We already talked about that particular advantage: a good sales methodology can be modified to tailor to specificities relative to buyer persona, demographics, activity sector, region, etc. Because it is flexible, a sales methodology can also be continuously improved.
10 best sales methodologies
The following list does not follow an order of performance because there is just not a universal one size-fits-all methodology.
1. BANT selling
BANT is a classic sales qualification framework developed by IBM. It stands for Budget, Authority, Need, and Timeline. This framework helps sales professionals assess the viability of a potential deal.
BANT criteria are in fact 4 questions :
• How much is your prospect’s Budget?
• Who among their organization has the Authority to make the final decision? • What is the prospect’s Need?
• What is their Timeline for implementation?
The main bulk of the effort is put on making the most of high-probability opportunities, and streamlining the sales process. While there are evolving perspectives on BANT (such as NEAT), it remains a foundational tool for qualifying prospects in various industries.
2. Challenger sale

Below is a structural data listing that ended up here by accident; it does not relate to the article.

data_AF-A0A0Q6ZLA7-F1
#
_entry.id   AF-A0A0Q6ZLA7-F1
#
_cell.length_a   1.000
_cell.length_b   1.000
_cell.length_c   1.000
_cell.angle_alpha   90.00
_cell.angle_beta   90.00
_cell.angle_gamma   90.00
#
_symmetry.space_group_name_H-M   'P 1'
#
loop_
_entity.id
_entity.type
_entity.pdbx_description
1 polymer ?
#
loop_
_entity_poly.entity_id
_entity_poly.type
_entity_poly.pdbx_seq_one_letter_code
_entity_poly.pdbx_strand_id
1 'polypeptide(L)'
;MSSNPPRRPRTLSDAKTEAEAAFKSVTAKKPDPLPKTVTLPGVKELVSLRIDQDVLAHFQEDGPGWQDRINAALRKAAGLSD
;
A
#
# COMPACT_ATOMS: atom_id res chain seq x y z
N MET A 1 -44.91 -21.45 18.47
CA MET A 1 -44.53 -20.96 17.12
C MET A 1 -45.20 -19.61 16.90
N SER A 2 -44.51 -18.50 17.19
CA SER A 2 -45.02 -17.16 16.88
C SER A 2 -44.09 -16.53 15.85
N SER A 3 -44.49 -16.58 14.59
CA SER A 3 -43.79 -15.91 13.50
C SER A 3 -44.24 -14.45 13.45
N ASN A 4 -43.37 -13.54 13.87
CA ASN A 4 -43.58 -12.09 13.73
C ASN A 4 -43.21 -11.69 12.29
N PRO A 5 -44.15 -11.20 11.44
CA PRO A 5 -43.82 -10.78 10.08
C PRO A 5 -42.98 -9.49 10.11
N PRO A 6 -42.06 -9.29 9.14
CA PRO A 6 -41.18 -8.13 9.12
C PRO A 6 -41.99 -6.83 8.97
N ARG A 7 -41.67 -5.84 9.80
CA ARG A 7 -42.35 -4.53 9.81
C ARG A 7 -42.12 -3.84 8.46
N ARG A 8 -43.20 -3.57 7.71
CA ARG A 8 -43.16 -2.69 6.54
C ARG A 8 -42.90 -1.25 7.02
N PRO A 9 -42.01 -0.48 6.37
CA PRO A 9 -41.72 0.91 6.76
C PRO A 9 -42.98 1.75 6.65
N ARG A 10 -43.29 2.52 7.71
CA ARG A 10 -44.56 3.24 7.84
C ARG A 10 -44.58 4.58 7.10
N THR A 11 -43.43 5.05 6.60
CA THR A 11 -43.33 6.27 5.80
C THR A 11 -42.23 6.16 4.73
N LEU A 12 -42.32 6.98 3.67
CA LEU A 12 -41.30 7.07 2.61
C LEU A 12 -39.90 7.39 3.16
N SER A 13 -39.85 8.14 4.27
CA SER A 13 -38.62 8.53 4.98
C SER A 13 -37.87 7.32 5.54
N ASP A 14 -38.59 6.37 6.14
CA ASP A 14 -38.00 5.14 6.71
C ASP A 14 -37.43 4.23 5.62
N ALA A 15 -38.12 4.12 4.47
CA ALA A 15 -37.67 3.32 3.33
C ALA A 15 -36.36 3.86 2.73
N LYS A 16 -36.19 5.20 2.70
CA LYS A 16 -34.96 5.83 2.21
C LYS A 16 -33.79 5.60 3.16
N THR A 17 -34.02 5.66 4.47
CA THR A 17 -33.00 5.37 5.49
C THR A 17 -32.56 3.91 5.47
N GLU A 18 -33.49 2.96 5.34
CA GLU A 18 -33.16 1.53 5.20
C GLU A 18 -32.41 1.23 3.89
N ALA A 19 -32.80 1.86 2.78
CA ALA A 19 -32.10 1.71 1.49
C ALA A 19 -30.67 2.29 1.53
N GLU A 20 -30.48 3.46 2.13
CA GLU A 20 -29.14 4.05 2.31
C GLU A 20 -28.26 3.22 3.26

The Challenger Sale is originally a book by Brian Adamson and Matthew Dixon. Their thesis is that there are five types of B2B salespeople among which the Challenger ones are the most successful as it corresponds to “more than 40% of high-sales performers”.
This personality is proactive, curious, ready to learn and likes to take the initiative. However, their methodology is not exclusive to them and can be learned by the other four types of sales reps.
The Challenger sale methodology can be broken down into three steps:
• Teach: they point out problems and new ideas to the prospect;
• Tailor: they adjust their speech to their audience;
• Take control: this one is self-explanatory, they keep an eye on the prize at the risk of being disliked.
In the end, it helps build trust and sets you apart from your competition and it is particularly useful in B2B contexts where there is a strong need for guidance.
3. Conceptual selling